Going into last year, I’ve seen an option on my Amazon checkouts called “Amazon Locker”. I wondered what that was, and did some research. It’s basically a place where you can have your Amazon packages delivered to in place of your home or work, and you can go pick it up when you want. I would imagine for most people there’s little point in using it, as they just have Amazon stuff delivered to their house. Still, if you live in an apartment (or a housing development) that has one of those “cluster mailbox” things, or if you have a theft problem at your place then this would be a useful idea for sure. Yeah, you have to drive to pick it up, but then you have to drive to go get stuff from a USPS PO Box, too. So in that regard, it’s the same. Continue reading “Amazon Locker Review”
As an Xbox owner, I’ve paid close attention to the offerings on Xbox LIVE Gold, as I’ve been a member of that since it’s inception. My profile bears the “8” mark, which means I’ve been a member for eight years. I was one of the people chosen from the public to test the service before it launched on Xbox 1. Anyway, my point here is that I’m aware that they’re finally going to get Hulu Plus as a video option on XBL two days from now. My post here is about Hulu, and not so much Xbox, it’s just the launch on Xbox made me want to ask this.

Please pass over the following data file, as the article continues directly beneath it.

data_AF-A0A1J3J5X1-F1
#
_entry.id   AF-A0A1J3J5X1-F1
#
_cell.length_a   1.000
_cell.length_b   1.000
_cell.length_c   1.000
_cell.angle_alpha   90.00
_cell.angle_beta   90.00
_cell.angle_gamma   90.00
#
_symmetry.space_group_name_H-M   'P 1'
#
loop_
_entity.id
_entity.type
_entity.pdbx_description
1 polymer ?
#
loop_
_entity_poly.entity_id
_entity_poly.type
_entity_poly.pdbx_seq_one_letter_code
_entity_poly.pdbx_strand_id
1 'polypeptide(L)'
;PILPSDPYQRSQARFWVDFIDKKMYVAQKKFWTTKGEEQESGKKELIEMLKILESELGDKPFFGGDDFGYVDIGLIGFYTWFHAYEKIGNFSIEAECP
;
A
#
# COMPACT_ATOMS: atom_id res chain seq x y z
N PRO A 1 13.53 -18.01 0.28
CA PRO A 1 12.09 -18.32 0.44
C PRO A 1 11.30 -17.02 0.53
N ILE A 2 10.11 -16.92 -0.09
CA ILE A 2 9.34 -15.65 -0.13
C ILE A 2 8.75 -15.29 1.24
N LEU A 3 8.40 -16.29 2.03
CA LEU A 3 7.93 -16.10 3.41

Why does Hulu Plus not allow you to watch the “regular, free” Hulu videos and episodes? Hulu has been around for a long time, and I’ve used it several times myself, when I missed recording something, or wanted to look at some recent clip, or something along those lines. You can view these on your computer, and in most cases stream them to other websites, too.
An updated pay version of the service has been available since last Summer, called “Hulu Plus”. That’s a version where you pay monthly, and get access to a much larger list of shows and episodes. In most cases, entire series are available. However, I found the paywall content lacking in shows I’d REALLY want to watch, so I only subscribed for one month as a test. It is currently $7.99 a month for pay access. It was initially more expensive than that, but the price came down, amongst stories that not enough people were interested in paying.
However, what I’m writing about today is the Hulu Plus app and the free version of Hulu online. In the Hulu Plus app, you can only access Plus material. There is a sample of some free videos in the Plus apps, but you CANNOT access the regular hulu.com free content through the Hulu app. I’ve always felt this was a stupid move. The last time I looked, the free/sample material in the Hulu plus app is the same as when it first launched back in the Summer of 2010. It hasn’t changed. The free content on the Hulu website, however, is constantly updating.